On Boats: Welcome to the Party
by John Page Williams
Modern pontoon platforms are plying Chesapeake waters.
Last year at the Bay Bridge Boat Show, I asked David Connor of Rhode River Marina where he and his staff had launched their array of four 22- to 26-foot Bennington pontoon boats powered by 150- to 300-hp four-stroke outboards. The wind had been blowing out of the north for several days, making the open Bay choppy in front of the show’s marina basin, so it would have been logical to tow them on trailers to the nearby launch ramp at Matapeake then slip up the shore.
“Oh, we ran ’em up here from home,” Connor replied off-handedly.
Really? That’s ten miles of open water, running North-northeast into a solid two- to three-foot chop. Brian Schneider from Middle River’s Tradewinds Marina gave the same basic answer with his Premier pontoons. He and his staff had run a similar distance south, in following seas big enough to trip up any unwary skipper.
Welcome to the new age of pontoon boats. They have come a long way from the early-1950s Midwest versions, essentially mobile swimming floats—two rows of steel barrels welded together with a plywood platform bolted on top and a small outboard clamped to one end. As the market developed for these supremely roomy vessels, manufacturers with aluminum welding expertise have learned to build tubes that are more streamlined and with features borrowed from monohulls like lifting strakes, spray rails and sharp bow entries.
In fact, two long, narrow tubes with a deck above and outboard power behave in the water similarly to a displacement power catamaran, offering efficient cruising speeds in the teens and topping out in the low 20s. Pontoon boats like these have been available for several decades at relatively low prices, though they are limited to calmer waters in the rivers. At speed, they tend to lean outward instead of inward, as cats do, which can be unnerving for first-time passengers. One pontoon boat of this type that has certainly stood the test of time is Captain Mike Ostrander’s 24-foot Discovery Barge II, with which he has been offering catfishing charters, eagle tours and historical trips on the James River below Richmond for 16 years (www.discoverthejames.com).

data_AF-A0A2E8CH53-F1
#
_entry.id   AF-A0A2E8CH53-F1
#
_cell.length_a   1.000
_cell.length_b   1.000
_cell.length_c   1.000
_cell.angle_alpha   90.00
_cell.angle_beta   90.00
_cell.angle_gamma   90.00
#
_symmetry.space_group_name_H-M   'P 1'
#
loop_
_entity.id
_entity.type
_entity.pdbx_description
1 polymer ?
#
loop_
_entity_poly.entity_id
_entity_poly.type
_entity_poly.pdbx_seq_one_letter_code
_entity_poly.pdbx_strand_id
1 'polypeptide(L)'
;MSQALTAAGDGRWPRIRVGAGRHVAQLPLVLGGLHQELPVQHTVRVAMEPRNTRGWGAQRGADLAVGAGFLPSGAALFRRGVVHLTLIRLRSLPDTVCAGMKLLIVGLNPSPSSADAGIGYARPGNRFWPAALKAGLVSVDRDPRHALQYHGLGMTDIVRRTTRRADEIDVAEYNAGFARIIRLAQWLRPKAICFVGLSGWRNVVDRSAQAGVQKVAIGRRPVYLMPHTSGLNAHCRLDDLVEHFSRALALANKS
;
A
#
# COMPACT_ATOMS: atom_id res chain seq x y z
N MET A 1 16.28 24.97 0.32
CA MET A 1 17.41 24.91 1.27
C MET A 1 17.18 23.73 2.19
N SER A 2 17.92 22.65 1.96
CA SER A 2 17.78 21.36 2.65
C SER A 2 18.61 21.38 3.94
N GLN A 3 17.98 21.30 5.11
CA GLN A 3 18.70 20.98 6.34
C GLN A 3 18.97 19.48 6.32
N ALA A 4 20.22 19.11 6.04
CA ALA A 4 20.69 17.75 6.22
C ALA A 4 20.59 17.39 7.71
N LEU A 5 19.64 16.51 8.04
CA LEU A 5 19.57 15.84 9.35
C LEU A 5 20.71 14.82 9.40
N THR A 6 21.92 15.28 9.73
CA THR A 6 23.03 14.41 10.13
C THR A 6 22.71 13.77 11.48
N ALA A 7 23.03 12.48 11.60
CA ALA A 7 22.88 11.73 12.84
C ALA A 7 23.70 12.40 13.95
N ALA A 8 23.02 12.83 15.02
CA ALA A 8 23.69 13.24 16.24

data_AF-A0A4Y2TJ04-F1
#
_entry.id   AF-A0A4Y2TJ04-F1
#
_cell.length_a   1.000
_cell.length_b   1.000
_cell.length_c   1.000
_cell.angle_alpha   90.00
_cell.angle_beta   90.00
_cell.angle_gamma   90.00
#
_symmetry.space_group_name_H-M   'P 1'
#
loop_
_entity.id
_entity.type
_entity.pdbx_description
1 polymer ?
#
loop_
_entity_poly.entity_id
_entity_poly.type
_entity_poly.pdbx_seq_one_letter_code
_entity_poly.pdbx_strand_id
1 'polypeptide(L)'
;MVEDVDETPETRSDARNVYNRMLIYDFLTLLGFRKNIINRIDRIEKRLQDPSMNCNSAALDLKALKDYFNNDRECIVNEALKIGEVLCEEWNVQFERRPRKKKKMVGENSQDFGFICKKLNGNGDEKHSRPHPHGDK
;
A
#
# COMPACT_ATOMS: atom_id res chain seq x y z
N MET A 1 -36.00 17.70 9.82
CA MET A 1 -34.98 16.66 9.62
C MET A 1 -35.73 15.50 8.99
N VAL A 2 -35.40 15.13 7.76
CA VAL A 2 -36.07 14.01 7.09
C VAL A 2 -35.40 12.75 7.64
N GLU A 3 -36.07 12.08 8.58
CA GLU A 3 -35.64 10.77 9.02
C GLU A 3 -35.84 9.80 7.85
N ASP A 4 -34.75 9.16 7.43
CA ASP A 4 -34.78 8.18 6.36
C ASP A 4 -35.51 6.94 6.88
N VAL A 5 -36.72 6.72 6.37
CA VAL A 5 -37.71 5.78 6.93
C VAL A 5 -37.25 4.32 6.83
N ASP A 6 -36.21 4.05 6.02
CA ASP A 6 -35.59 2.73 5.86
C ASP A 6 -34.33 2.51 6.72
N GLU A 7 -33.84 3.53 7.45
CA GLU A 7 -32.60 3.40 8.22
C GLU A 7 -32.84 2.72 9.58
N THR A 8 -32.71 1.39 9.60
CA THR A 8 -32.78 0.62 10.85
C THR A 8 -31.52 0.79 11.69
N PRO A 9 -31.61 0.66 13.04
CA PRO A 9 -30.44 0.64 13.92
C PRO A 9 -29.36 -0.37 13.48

In fact, Mike also runs the 40-foot Spirit of the James pontoon boat for the James River Association’s Ecology School. Spirit is US Coast Guard inspected to carry 40 passengers for hire, one of a sturdily built class of commercial vessel increasingly popular for education programs and water taxi duty. Conventional twin-hull pontoon boats serve their basic purpose well with great carrying capacity and efficient operation at moderate speeds.
Meanwhile, those open decks offered supremely adaptable open platforms for everything from lounges and tables for picnics and parties to two-story water slides. Early on, anglers fitted swivel deck chairs and other fishing accessories for panfish, Midwestern walleyes, and catfish (as per Discovery Barge II) to bottom fishing for croakers on the Chesapeake’s mid-salinity tidal rivers. The furniture originally tended to be plywood structures with upholstery, carpet and stamped aluminum, but even freshwater environments eventually drove the manufacturers to more robust fixtures.